Book of Exodus


Exodus (ĕk´sədəs), book of the Bible, 2d of the 5 books of the Law (the Pentateuch or Torah) ascribed by tradition to Moses. The book continues the story of the ancestors of Israel in Egypt, now grown in number to a large landless population enslaved by the pharaoh. Although the book describes all 12 tribes, it is much more likely that the book is based on the traditions of a group of nomadic Hebrews whose sojourn in Egypt became one of oppression and slavery. Grouped around Moses, they were freed from bondage at the Red Sea. Their saga and their Mosaic religion became the determinative feature of the great national epic that is enshrined in the Pentateuch and the historical books of the Hebrew Bible. The religious and 12-tribe political establishment of the later Temple period is read back into the Exodus narrative. The events of the book may be outlined as follows: first, the bondage in Egypt, from which God prepares liberation through the agency of Moses, including Moses' early career and vocation, and the first nine plagues of Egypt; second, the exodus proper, with the plague of the first-born and the institution of the Passover and the dry crossing through the Red Sea; third, the first divine legislation at Mt. Sinai. The last portion includes the Ten Commandments, a law code, directions for a tabernacle and worship, the designation of Aaron as high priest, the first national apostasy in worshiping the golden calf, a brief restatement of the code, and the institution of the tabernacle.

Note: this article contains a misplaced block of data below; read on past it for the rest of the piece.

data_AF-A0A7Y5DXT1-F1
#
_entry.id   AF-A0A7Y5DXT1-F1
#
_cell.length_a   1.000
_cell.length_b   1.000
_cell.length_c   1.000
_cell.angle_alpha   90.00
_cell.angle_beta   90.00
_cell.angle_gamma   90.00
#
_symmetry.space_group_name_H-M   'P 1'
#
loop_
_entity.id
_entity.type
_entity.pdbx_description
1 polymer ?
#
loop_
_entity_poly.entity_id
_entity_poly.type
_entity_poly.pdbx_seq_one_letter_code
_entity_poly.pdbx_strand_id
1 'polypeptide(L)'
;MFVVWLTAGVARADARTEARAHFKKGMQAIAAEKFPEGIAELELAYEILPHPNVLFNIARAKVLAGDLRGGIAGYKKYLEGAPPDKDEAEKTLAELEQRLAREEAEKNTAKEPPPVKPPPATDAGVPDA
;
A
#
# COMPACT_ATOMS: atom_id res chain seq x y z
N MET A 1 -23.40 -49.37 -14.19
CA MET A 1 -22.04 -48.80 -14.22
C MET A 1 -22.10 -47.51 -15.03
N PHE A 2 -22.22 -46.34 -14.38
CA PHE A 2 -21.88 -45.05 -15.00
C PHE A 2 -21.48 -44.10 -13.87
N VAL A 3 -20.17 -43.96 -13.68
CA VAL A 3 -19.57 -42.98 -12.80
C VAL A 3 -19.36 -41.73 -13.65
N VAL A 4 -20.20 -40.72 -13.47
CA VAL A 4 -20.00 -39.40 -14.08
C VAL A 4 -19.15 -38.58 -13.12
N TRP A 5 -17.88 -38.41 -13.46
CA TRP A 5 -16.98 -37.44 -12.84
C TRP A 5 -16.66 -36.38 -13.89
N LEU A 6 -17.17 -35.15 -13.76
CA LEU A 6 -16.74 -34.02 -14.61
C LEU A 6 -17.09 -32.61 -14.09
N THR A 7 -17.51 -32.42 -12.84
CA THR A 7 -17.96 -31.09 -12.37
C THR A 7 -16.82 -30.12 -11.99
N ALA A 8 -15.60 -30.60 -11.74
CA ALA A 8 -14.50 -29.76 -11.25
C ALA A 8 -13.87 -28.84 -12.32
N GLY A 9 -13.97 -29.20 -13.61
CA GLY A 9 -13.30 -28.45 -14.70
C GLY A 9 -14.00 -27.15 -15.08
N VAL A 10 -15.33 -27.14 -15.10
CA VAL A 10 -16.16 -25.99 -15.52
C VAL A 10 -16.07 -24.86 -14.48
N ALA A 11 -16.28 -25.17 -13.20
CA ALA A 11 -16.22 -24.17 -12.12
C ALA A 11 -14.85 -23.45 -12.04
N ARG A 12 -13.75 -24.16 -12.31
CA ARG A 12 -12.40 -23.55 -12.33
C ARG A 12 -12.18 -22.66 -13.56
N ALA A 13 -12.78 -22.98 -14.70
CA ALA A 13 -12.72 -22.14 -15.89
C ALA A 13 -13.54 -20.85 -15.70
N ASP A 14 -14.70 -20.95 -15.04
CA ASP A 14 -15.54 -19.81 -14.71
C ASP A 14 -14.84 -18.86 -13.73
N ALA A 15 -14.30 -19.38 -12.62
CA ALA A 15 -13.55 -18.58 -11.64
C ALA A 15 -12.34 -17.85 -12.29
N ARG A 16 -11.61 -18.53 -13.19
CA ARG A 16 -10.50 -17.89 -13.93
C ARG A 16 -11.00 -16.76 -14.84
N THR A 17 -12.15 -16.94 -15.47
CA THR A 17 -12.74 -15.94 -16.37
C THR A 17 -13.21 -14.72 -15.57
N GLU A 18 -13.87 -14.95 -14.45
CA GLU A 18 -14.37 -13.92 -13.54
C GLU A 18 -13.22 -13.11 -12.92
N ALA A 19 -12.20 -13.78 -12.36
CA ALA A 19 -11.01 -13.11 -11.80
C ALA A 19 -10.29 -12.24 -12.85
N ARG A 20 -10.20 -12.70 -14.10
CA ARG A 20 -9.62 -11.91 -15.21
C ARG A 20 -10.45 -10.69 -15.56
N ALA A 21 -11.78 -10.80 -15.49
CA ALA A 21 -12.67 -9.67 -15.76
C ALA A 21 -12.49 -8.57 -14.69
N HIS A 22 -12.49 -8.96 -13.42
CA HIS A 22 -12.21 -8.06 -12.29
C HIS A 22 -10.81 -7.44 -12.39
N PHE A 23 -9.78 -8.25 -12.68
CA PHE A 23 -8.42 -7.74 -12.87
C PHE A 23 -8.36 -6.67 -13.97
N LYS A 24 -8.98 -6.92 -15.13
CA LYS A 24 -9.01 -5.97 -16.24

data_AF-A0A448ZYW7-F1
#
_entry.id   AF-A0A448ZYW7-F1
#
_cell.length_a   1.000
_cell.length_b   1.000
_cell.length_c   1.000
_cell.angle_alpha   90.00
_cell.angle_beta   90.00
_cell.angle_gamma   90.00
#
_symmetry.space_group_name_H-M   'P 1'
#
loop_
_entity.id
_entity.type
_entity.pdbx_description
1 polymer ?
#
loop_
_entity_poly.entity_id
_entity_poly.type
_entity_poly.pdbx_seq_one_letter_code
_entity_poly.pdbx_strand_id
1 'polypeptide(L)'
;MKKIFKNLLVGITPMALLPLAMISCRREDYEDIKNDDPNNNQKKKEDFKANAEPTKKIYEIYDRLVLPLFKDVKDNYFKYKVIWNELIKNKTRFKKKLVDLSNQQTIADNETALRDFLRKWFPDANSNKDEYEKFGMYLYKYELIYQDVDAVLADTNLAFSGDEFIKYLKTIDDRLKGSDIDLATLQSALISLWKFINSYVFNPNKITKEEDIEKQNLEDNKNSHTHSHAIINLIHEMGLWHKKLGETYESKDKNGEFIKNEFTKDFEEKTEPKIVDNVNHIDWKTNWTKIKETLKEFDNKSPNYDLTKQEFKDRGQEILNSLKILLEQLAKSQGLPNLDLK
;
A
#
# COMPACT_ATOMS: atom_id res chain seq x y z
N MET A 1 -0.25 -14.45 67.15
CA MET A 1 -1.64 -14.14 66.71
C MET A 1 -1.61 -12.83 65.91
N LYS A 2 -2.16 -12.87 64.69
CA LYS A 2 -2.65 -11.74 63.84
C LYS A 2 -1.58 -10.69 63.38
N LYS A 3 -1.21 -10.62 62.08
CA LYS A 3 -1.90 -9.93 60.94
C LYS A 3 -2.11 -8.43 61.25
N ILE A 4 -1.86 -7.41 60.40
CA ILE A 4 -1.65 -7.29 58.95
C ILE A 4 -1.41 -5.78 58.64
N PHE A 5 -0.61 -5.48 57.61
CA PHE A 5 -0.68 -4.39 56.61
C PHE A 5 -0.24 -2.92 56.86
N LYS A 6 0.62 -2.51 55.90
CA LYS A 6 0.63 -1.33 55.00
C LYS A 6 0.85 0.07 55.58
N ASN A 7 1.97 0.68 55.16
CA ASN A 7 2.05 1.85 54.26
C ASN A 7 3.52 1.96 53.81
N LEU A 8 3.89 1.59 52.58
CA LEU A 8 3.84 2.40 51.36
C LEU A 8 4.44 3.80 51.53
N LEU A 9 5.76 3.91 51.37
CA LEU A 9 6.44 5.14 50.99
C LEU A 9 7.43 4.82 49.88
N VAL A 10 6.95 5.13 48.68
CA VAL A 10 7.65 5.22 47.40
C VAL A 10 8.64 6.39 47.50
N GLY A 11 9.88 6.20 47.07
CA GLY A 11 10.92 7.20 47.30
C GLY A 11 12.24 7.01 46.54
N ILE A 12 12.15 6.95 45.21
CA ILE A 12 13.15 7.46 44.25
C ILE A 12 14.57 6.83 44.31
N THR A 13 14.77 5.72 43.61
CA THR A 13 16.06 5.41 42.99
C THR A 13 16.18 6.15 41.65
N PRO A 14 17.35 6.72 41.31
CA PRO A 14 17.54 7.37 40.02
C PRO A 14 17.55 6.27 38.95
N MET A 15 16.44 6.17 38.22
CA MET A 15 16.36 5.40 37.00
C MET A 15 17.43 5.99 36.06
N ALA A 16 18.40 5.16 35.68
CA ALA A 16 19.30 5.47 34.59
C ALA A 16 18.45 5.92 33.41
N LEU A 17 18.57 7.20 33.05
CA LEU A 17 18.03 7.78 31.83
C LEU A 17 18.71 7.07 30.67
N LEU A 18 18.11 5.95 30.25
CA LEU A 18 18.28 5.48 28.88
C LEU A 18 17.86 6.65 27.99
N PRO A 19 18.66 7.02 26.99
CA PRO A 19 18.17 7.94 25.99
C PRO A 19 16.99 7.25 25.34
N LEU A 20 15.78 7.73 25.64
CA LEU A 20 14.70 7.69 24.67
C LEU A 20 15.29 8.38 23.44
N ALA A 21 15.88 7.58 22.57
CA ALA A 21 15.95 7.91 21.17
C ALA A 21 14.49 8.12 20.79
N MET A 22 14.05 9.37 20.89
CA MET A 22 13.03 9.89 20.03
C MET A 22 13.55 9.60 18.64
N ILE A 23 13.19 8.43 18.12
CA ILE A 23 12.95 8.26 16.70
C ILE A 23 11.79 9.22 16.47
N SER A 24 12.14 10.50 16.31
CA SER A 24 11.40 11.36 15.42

See studies by N. M. Sarna (1986), J. Durham (1987), and T. E. Fretheim (1991).

The Columbia Encyclopedia, 6th ed. Copyright© 2018, The Columbia University Press.

Book of Exodus: Selected full-text books and articles

Exodus 1-18 By George W. Coats; Rolf P. Knierim; Gene M. Tucker W.B. Eerdmans, 1999
The Exodus in the Christian Bible: The Case for "Figural" Reading By Clifford, Richard J Theological Studies, Vol. 63, No. 2, June 2002
Peer-reviewed publications on Questia are publications containing articles which were subject to evaluation for accuracy and substance by professional peers of the article's author(s).
God at War: Power in the Exodus Tradition By Thomas B. Dozeman Oxford University Press, 1996
Homilies on Genesis and Exodus By Origen; Ronald E. Heine Catholic University of America Press, 1982
A primary source is a work that is being studied, or that provides first-hand or direct evidence on a topic. Common types of primary sources include works of literature, historical documents, original philosophical writings, and religious texts.
God and His People: Covenant and Theology in the Old Testament By Ernest W. Nicholson Clarendon Press, 1986
Librarian's tip: Chap. 5 "'They Saw God and Ate and Drank' - A Covenant Meal at Sinai? (Exodus 24:1-2, 9-11)," Chap. 6 "Apostasy and Renewal of the Covenant at Sinai (Exodus 34:10-28)," and Chap. 8 "The Covenant Ritual at Sinai (Exodus 19:3b-8 and 24:3-8)"
The Oxford History of the Biblical World By Michael D. Coogan Oxford University Press, 2001
Librarian's tip: Chap. Two "Bitter Lives: Israel in and out of Egypt"
The Bible in History: How the Texts Have Shaped the Times By David W. Kling Oxford University Press, 2004
Librarian's tip: Chap. 6 "'Let My People Go': Exodus in the African American Experience"
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